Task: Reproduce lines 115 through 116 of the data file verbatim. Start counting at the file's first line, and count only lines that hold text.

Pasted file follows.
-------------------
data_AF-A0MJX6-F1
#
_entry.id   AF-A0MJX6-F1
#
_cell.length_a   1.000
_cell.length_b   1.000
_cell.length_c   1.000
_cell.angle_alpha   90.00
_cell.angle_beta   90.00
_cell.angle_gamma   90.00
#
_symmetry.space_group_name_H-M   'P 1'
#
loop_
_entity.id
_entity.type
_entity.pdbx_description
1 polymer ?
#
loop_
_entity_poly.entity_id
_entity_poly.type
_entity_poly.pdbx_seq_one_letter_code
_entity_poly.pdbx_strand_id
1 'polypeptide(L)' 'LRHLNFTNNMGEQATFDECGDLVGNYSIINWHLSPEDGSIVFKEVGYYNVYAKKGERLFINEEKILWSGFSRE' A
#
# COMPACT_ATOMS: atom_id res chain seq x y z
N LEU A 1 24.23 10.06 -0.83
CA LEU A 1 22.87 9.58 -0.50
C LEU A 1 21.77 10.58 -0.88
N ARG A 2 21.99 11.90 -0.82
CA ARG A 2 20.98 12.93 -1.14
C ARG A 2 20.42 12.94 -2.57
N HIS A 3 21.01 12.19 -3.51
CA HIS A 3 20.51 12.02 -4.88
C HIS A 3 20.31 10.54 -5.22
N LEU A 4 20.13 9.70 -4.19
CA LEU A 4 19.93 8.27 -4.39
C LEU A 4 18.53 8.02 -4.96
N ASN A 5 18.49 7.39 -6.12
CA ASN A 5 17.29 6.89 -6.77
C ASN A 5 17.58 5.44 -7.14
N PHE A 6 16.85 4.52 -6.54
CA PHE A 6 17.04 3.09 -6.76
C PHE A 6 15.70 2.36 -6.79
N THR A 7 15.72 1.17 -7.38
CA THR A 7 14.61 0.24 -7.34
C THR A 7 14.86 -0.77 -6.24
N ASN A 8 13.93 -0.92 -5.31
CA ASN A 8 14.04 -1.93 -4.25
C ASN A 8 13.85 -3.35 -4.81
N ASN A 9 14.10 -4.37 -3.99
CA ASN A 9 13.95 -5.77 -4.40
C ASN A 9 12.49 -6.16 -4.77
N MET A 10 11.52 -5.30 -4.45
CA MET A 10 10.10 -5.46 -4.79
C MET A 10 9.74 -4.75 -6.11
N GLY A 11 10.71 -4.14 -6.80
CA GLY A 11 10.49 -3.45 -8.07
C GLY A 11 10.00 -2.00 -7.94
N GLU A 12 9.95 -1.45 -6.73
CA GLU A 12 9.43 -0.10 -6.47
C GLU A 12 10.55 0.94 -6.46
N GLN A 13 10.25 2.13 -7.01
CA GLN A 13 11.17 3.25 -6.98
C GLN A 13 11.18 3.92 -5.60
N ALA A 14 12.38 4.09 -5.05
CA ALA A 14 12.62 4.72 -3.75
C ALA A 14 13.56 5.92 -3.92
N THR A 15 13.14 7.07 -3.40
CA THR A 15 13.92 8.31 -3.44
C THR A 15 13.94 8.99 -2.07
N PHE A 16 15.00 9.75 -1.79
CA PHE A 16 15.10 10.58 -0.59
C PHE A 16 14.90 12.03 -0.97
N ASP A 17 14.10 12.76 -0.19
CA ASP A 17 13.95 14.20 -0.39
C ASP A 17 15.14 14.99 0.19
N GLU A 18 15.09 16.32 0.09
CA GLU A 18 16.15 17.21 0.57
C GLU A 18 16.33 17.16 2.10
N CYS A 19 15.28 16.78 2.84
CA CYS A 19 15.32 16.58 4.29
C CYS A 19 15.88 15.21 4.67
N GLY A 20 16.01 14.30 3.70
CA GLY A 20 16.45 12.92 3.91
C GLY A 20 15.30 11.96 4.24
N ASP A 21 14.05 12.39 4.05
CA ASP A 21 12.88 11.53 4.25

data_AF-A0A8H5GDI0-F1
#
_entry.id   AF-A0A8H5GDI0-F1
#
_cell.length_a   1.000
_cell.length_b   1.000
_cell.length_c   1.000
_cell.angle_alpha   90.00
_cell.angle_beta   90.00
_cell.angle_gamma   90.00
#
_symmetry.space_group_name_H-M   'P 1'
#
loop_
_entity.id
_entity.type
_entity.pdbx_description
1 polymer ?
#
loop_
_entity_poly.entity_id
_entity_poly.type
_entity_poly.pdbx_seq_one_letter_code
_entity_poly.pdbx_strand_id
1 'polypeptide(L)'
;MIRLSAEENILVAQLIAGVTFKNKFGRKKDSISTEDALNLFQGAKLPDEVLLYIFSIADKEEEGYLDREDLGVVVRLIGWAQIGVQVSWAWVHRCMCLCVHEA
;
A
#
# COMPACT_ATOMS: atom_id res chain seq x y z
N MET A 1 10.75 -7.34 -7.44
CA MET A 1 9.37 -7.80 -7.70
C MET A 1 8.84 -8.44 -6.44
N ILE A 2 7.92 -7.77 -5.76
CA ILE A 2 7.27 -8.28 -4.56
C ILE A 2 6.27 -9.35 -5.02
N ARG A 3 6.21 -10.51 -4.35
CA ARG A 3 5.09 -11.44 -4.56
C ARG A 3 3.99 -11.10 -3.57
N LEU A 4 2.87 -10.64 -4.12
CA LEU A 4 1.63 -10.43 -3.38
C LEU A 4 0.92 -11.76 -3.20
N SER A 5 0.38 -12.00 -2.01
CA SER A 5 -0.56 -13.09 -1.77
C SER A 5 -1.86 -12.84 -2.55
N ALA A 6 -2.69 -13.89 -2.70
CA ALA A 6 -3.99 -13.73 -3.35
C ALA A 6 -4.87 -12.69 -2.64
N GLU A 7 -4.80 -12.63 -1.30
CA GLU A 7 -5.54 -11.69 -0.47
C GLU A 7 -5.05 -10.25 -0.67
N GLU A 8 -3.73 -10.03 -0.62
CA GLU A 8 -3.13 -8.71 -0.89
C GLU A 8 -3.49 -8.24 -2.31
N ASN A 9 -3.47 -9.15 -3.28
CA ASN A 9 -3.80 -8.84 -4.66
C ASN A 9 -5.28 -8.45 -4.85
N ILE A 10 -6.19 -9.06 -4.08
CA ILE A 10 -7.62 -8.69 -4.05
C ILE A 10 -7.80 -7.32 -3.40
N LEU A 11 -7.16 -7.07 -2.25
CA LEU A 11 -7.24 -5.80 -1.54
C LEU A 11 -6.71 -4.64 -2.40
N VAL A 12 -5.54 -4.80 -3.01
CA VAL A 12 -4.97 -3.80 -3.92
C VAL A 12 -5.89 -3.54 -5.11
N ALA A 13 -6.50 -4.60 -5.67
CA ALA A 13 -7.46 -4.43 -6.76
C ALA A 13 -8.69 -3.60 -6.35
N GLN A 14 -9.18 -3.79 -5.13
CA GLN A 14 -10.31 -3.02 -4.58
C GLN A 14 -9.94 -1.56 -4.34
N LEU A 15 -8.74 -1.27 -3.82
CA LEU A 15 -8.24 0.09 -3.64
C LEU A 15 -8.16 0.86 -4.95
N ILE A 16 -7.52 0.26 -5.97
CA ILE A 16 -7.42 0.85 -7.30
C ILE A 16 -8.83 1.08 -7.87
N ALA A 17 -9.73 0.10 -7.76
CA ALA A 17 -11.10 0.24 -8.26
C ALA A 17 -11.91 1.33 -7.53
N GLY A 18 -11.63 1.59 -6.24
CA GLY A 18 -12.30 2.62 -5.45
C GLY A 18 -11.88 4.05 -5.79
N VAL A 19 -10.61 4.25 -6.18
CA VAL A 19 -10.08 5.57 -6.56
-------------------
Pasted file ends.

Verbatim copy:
;MIRLSAEENILVAQLIAGVTFKNKFGRKKDSISTEDALNLFQGAKLPDEVLLYIFSIADKEEEGYLDREDLGVVVRLIGWAQIGVQVSWAWVHRCMCLCVHEA
;